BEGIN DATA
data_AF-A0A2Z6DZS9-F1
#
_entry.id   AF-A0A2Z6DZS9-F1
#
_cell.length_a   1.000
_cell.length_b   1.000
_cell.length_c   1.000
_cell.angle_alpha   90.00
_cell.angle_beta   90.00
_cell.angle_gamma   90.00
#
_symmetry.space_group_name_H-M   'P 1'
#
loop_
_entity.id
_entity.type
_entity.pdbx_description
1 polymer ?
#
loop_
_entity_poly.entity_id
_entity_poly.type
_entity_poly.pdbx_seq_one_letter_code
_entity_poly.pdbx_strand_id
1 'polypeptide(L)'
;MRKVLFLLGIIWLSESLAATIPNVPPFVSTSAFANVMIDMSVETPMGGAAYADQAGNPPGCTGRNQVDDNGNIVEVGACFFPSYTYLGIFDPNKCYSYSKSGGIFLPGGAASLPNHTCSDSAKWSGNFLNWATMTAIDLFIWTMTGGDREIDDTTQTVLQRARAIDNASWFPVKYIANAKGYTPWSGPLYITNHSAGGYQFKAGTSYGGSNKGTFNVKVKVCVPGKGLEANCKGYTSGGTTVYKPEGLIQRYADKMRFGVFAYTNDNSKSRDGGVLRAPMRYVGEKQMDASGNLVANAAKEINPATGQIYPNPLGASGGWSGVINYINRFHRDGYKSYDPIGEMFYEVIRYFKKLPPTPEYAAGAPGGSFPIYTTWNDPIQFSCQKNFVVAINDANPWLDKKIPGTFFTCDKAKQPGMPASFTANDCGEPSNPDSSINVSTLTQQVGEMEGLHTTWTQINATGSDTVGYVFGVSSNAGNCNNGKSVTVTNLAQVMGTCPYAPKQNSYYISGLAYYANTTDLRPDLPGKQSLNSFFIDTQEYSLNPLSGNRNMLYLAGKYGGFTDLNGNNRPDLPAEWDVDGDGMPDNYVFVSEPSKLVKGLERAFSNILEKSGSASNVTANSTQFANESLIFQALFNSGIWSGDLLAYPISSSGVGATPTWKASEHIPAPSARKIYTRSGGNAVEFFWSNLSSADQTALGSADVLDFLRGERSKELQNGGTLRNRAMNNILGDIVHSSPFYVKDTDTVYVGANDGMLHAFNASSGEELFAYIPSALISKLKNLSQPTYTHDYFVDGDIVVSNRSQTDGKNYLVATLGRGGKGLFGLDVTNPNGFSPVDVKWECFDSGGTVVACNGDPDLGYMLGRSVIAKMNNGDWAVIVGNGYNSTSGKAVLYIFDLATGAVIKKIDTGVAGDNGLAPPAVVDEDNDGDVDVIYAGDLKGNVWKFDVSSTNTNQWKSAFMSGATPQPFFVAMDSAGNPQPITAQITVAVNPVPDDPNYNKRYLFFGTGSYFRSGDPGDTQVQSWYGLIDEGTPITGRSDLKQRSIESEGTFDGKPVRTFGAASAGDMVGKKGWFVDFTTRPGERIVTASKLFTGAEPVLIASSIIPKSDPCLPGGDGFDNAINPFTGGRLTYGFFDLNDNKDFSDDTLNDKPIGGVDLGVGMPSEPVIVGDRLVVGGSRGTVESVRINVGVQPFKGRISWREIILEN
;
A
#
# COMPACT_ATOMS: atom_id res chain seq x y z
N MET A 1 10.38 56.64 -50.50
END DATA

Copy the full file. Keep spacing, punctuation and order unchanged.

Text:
data_AF-A0A2Z6DZS9-F1
#
_entry.id   AF-A0A2Z6DZS9-F1
#
_cell.length_a   1.000
_cell.length_b   1.000
_cell.length_c   1.000
_cell.angle_alpha   90.00
_cell.angle_beta   90.00
_cell.angle_gamma   90.00
#
_symmetry.space_group_name_H-M   'P 1'
#
loop_
_entity.id
_entity.type
_entity.pdbx_description
1 polymer ?
#
loop_
_entity_poly.entity_id
_entity_poly.type
_entity_poly.pdbx_seq_one_letter_code
_entity_poly.pdbx_strand_id
1 'polypeptide(L)'
;MRKVLFLLGIIWLSESLAATIPNVPPFVSTSAFANVMIDMSVETPMGGAAYADQAGNPPGCTGRNQVDDNGNIVEVGACFFPSYTYLGIFDPNKCYSYSKSGGIFLPGGAASLPNHTCSDSAKWSGNFLNWATMTAIDLFIWTMTGGDREIDDTTQTVLQRARAIDNASWFPVKYIANAKGYTPWSGPLYITNHSAGGYQFKAGTSYGGSNKGTFNVKVKVCVPGKGLEANCKGYTSGGTTVYKPEGLIQRYADKMRFGVFAYTNDNSKSRDGGVLRAPMRYVGEKQMDASGNLVANAAKEINPATGQIYPNPLGASGGWSGVINYINRFHRDGYKSYDPIGEMFYEVIRYFKKLPPTPEYAAGAPGGSFPIYTTWNDPIQFSCQKNFVVAINDANPWLDKKIPGTFFTCDKAKQPGMPASFTANDCGEPSNPDSSINVSTLTQQVGEMEGLHTTWTQINATGSDTVGYVFGVSSNAGNCNNGKSVTVTNLAQVMGTCPYAPKQNSYYISGLAYYANTTDLRPDLPGKQSLNSFFIDTQEYSLNPLSGNRNMLYLAGKYGGFTDLNGNNRPDLPAEWDVDGDGMPDNYVFVSEPSKLVKGLERAFSNILEKSGSASNVTANSTQFANESLIFQALFNSGIWSGDLLAYPISSSGVGATPTWKASEHIPAPSARKIYTRSGGNAVEFFWSNLSSADQTALGSADVLDFLRGERSKELQNGGTLRNRAMNNILGDIVHSSPFYVKDTDTVYVGANDGMLHAFNASSGEELFAYIPSALISKLKNLSQPTYTHDYFVDGDIVVSNRSQTDGKNYLVATLGRGGKGLFGLDVTNPNGFSPVDVKWECFDSGGTVVACNGDPDLGYMLGRSVIAKMNNGDWAVIVGNGYNSTSGKAVLYIFDLATGAVIKKIDTGVAGDNGLAPPAVVDEDNDGDVDVIYAGDLKGNVWKFDVSSTNTNQWKSAFMSGATPQPFFVAMDSAGNPQPITAQITVAVNPVPDDPNYNKRYLFFGTGSYFRSGDPGDTQVQSWYGLIDEGTPITGRSDLKQRSIESEGTFDGKPVRTFGAASAGDMVGKKGWFVDFTTRPGERIVTASKLFTGAEPVLIASSIIPKSDPCLPGGDGFDNAINPFTGGRLTYGFFDLNDNKDFSDDTLNDKPIGGVDLGVGMPSEPVIVGDRLVVGGSRGTVESVRINVGVQPFKGRISWREIILEN
;
A
#
# COMPACT_ATOMS: atom_id res chain seq x y z
N MET A 1 10.38 56.64 -50.50